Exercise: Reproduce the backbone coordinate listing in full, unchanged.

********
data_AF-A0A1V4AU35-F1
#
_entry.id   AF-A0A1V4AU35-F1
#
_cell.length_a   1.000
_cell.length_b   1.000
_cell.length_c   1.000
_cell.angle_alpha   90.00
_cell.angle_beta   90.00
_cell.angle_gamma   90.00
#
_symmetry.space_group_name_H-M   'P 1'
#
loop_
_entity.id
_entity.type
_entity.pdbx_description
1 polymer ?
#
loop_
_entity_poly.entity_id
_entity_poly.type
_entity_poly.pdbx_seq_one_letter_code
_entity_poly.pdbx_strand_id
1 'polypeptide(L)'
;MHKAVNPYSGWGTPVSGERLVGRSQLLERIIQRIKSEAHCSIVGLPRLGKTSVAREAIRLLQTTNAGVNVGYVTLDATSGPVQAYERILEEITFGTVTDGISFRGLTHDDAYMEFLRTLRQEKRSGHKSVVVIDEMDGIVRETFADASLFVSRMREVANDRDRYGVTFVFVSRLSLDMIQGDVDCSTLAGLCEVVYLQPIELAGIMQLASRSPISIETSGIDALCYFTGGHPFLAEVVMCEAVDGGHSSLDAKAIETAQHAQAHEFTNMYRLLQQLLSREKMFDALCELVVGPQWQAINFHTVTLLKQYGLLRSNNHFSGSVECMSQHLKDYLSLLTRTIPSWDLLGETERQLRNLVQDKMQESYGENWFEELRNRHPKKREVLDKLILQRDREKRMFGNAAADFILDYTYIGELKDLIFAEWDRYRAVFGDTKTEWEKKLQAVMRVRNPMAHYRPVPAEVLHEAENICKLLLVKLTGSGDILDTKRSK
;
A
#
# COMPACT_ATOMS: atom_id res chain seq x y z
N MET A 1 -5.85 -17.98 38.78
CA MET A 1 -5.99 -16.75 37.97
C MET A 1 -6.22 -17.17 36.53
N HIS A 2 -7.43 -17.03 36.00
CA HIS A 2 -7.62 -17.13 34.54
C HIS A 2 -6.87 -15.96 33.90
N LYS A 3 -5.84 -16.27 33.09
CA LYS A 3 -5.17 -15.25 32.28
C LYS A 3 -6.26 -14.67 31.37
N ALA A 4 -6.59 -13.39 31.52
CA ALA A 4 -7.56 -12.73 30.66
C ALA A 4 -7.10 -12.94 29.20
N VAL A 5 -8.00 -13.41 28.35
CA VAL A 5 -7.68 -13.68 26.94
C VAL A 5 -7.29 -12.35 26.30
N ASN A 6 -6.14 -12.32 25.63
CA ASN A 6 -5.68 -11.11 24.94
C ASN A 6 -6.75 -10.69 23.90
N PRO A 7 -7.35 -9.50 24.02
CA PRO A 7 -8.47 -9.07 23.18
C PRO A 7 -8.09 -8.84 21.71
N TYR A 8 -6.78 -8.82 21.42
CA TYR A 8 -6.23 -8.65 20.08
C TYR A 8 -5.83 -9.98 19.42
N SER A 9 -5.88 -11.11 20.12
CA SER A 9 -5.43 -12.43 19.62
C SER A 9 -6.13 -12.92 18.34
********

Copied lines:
data_AF-A0A1V4AU35-F1
#
_entry.id   AF-A0A1V4AU35-F1
#
_cell.length_a   1.000
_cell.length_b   1.000
_cell.length_c   1.000
_cell.angle_alpha   90.00
_cell.angle_beta   90.00
_cell.angle_gamma   90.00
#
_symmetry.space_group_name_H-M   'P 1'
#
loop_
_entity.id
_entity.type
_entity.pdbx_description
1 polymer ?
#
loop_
_entity_poly.entity_id
_entity_poly.type
_entity_poly.pdbx_seq_one_letter_code
_entity_poly.pdbx_strand_id
1 'polypeptide(L)'
;MHKAVNPYSGWGTPVSGERLVGRSQLLERIIQRIKSEAHCSIVGLPRLGKTSVAREAIRLLQTTNAGVNVGYVTLDATSGPVQAYERILEEITFGTVTDGISFRGLTHDDAYMEFLRTLRQEKRSGHKSVVVIDEMDGIVRETFADASLFVSRMREVANDRDRYGVTFVFVSRLSLDMIQGDVDCSTLAGLCEVVYLQPIELAGIMQLASRSPISIETSGIDALCYFTGGHPFLAEVVMCEAVDGGHSSLDAKAIETAQHAQAHEFTNMYRLLQQLLSREKMFDALCELVVGPQWQAINFHTVTLLKQYGLLRSNNHFSGSVECMSQHLKDYLSLLTRTIPSWDLLGETERQLRNLVQDKMQESYGENWFEELRNRHPKKREVLDKLILQRDREKRMFGNAAADFILDYTYIGELKDLIFAEWDRYRAVFGDTKTEWEKKLQAVMRVRNPMAHYRPVPAEVLHEAENICKLLLVKLTGSGDILDTKRSK
;
A
#
# COMPACT_ATOMS: atom_id res chain seq x y z
N MET A 1 -5.85 -17.98 38.78
CA MET A 1 -5.99 -16.75 37.97
C MET A 1 -6.22 -17.17 36.53
N HIS A 2 -7.43 -17.03 36.00
CA HIS A 2 -7.62 -17.13 34.54
C HIS A 2 -6.87 -15.96 33.90
N LYS A 3 -5.84 -16.27 33.09
CA LYS A 3 -5.17 -15.25 32.28
C LYS A 3 -6.26 -14.67 31.37
N ALA A 4 -6.59 -13.39 31.52
CA ALA A 4 -7.56 -12.73 30.66
C ALA A 4 -7.10 -12.94 29.20
N VAL A 5 -8.00 -13.41 28.35
CA VAL A 5 -7.68 -13.68 26.94
C VAL A 5 -7.29 -12.35 26.30
N ASN A 6 -6.14 -12.32 25.63
CA ASN A 6 -5.68 -11.11 24.94
C ASN A 6 -6.75 -10.69 23.90
N PRO A 7 -7.35 -9.50 24.02
CA PRO A 7 -8.47 -9.07 23.18
C PRO A 7 -8.09 -8.84 21.71
N TYR A 8 -6.78 -8.82 21.42
CA TYR A 8 -6.23 -8.65 20.08
C TYR A 8 -5.83 -9.98 19.42
N SER A 9 -5.88 -11.11 20.12
CA SER A 9 -5.43 -12.43 19.62
C SER A 9 -6.13 -12.92 18.34